Our annual Spring Gathering is always a great time for students, faculty, alumni and friends to get together and network, socialize and learn from one another. This past weekend was a grand experience!
HAVING FUN IN KEMAH
On Friday night we had dinner at the Cadillac Bar & Grill on the Kemah boardwalk and sat on the deck while old and new reunited around Mexican food and margaritas. Afterwards some brave souls, led by Admiral Andy, took on the “Boardwalk Bullet” – a wooden and quite rickety rollercoaster providing an awesome, yet fleeting, view on the surrounding area.
For the whole of Saturday we were in for a special treat as Mike and Quyen Courtney accommodated us in a wonderful house on the Marina in Kemah. Not only the venue, but also the food matched the awesome content of the day!
TALKING ABOUT THE FUTURE
1. KnowledgeWorks: Meet Blockchain and its implications for education
We had a day packed with futures content starting out with Alumni Katie King, Jason Swanson and Mike Courtney (Aperio Insights) sharing with us the potential of Blockchain technology for education. They presented a forecast entitled “Learning on the Block: Can Smart Transactional Models Power Personalized Learning?” which is a KnowledgeWorks and Aperio Insights collaboration.
This team also had the task of introducing us to Blockchain which uses a fascinating encryption technology system to protect data. This technology has potential applications in many fields beyond the well-known Bitcoin system. Basically, the Blockchain is a ledger which utilizes a distributed verification method, rests on distributed authority (embedded in the network itself), is totally pseudonymous, and provocatively, provides a trust-less environment. Ironically, because it is trustless, the Blockchain can be trusted! Blockchain makes self-managing institutions possible, facilitating smart contracts which are trustworthy and secure.
After introducing the basic concept of Blockchain, they shared different scenarios based on the uncertainties of hierarchical vs. distributed authority and mainstream vs. non-mainstream adoption of Blockchain, and explored the various implications.
Closely connected to the theme from KnowledgeWorks, we had Josh Stanley and Ben Blair of Teachur discuss their experience using the Blockchain to certify the mastery of educational objectives. Teachur hosts a dynamic repository for learning objectives, assessment and pedagogy, and pathways to master anything, drawing from its community to open source all instruction and assessment and enables curated, personalized learning pathways to anyone.
There was a general sense that education in the future might be more decentralized, much more customized and stripped of many redundant layers of educational bureaucracy hampering access to quality education for many.
3. System Solutions for Poverty in the United States (the Kaufmanns)
We also had the Kauffman family share a systems approach to tackling the wicked problem of poverty. The inspiration came from their earlier work on “Project Interlock.” Morgan and his dad, Draper, have been working on this for a couple of years and if all goes well, will see their book on this topic published sometime next year! (Some of you might recognize Draper as the author of “Systems One: An Introduction to Systems Thinking” and Kaufmann’s Rules often used in Systems Theory classes). Needless to say, as Systems Thinkers, the Kaufmanns made fascinating and even some provocative suggestions not only related to tax, but impacting most of the STEEP categories. Some of the solutions were actually quite simple compared to present practices, and we hope together with Draper and Morgan, that their work will at the very least get a promising conversation going!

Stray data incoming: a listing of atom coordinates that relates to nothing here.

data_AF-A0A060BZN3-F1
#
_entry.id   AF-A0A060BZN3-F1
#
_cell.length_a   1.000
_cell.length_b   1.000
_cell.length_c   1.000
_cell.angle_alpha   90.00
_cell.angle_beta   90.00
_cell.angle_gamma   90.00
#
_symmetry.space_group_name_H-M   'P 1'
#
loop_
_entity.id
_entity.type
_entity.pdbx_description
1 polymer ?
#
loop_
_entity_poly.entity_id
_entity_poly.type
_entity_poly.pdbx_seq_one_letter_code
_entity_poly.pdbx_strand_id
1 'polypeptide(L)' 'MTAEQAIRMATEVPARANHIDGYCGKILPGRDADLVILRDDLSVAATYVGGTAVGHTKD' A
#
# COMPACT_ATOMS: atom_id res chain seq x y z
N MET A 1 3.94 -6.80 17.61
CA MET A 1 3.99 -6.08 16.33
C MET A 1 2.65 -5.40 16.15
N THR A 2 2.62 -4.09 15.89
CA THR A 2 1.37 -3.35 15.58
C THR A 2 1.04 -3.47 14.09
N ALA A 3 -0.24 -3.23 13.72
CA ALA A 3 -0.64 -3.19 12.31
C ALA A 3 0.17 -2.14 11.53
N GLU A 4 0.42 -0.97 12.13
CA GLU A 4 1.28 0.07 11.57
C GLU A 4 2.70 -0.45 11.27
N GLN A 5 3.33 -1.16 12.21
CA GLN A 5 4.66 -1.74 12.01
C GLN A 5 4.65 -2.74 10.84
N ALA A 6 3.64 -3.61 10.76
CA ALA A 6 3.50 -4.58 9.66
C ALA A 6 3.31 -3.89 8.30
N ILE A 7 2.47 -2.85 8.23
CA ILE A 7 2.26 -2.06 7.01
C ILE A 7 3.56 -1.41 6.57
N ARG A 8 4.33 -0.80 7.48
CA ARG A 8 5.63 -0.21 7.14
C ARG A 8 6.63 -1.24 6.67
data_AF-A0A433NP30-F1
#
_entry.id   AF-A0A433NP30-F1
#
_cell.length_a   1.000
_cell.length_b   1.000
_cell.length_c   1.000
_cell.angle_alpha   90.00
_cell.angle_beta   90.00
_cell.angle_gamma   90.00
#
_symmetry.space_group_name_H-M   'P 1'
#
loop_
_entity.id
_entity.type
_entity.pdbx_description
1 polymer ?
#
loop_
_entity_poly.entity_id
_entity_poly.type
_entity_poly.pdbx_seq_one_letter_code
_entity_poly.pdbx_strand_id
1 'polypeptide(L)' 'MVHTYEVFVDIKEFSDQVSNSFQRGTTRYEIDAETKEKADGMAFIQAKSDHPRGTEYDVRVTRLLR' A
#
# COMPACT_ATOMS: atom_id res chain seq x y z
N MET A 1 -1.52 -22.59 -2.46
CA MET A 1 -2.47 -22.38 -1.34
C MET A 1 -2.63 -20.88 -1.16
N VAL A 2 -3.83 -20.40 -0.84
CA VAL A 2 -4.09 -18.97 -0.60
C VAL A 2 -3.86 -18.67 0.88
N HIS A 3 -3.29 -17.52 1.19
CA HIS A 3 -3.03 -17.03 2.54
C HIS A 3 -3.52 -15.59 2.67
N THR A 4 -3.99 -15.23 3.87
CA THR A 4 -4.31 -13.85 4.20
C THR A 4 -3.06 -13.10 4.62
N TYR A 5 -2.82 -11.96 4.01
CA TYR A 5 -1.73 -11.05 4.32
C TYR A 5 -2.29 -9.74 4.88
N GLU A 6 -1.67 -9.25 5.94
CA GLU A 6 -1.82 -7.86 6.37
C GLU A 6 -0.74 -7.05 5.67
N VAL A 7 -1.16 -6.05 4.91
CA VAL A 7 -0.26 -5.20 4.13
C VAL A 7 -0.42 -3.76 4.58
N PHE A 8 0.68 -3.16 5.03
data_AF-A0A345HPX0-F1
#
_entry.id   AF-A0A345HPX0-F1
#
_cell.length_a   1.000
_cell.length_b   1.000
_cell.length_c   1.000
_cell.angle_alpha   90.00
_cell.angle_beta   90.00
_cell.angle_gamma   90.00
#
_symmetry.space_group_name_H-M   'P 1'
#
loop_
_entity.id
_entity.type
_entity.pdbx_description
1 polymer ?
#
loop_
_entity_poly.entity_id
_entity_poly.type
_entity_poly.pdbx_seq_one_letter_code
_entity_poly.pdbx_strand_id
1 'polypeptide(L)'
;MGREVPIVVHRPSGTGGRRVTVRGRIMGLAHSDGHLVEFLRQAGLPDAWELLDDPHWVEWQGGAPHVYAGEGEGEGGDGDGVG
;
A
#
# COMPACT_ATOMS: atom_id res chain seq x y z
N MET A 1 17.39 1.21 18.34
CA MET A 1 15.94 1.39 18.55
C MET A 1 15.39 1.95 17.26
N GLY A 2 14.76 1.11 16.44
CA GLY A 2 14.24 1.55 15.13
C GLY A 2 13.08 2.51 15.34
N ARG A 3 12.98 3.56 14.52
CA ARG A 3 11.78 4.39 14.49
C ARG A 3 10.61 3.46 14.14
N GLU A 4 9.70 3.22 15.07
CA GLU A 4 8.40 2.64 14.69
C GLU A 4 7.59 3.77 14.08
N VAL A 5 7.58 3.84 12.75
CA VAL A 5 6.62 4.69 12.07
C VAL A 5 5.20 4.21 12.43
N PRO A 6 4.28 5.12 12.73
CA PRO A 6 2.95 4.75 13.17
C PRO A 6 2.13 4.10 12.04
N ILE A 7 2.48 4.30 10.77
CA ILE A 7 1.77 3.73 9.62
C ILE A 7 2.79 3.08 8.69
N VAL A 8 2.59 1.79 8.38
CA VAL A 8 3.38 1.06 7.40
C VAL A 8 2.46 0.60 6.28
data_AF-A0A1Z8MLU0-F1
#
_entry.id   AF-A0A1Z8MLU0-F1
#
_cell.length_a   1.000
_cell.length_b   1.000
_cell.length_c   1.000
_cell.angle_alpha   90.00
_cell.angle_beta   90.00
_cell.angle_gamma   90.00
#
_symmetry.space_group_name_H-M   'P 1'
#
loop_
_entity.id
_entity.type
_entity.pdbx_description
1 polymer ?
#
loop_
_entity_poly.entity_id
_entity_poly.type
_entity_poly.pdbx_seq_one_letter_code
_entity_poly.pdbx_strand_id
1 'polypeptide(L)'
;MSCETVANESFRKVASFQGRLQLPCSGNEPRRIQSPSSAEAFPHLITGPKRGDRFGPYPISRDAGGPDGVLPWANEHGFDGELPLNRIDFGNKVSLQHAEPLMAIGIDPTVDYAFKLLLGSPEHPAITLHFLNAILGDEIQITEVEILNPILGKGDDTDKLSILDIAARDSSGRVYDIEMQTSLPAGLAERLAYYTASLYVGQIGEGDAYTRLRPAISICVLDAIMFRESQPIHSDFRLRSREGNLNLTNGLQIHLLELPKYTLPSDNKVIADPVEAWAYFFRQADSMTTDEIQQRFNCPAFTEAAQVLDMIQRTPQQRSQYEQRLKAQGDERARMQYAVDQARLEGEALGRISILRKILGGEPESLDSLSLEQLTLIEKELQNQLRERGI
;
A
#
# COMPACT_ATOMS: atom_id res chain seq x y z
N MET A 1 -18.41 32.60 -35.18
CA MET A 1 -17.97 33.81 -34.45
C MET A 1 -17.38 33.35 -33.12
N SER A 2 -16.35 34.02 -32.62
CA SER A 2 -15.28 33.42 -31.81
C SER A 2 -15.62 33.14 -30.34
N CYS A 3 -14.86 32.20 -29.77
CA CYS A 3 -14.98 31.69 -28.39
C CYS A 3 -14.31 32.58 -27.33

4. An online visit from Oxford (Wendy Schultz)
Closer to the end, we had Wendy Schultz join us online, presenting the research she is doing on Blockchain Futures. She uses the Sensemaker software to collect “a broad range of stories about possible uses of Blockchain and how those uses could transform society, the economy, governance, and other aspect of life.”
She gave us the opportunity to participate, discussing our stories in groups before submitting them. If interested, you are more than welcome and encouraged to participate here.
Spring Gathering 2016 was a fascinating event and a great way to meet those sharing our passion for the future. Thank you, once again, to everyone who contributed! We hope to see y’all again next year in Houston, Texas.
We just started our Spring 2016 Advanced Strategies Class with a new instructor!
Dr Richard “Kaipo” Lum will be leading this Class in which students get to connect what they learn about strategic planning with real clients outside the classroom hands-on.
Richard is an academically trained futurist and holds a PhD in Political Science from the University of Hawai‘i’s Alternative Futures Program. Over the years he has accumulated broad experience in both foresight work and strategic planning. His previous consulting work includes government clients such as the European Commission, the UK government and the US Department of Defence as well as corporate clients such as Grant Thornton, IBM and PepsiCo. Not only has he published various research articles in journals such as Futures and Journal of Future Studies, but also recently released his new book: “Steps to the Future: A Quick and Clean Guide to Creating Foresight.” He is also the founder and CEO of Vison Foresight Strategy LLC and is actively involved in strategy planning and futures thinking.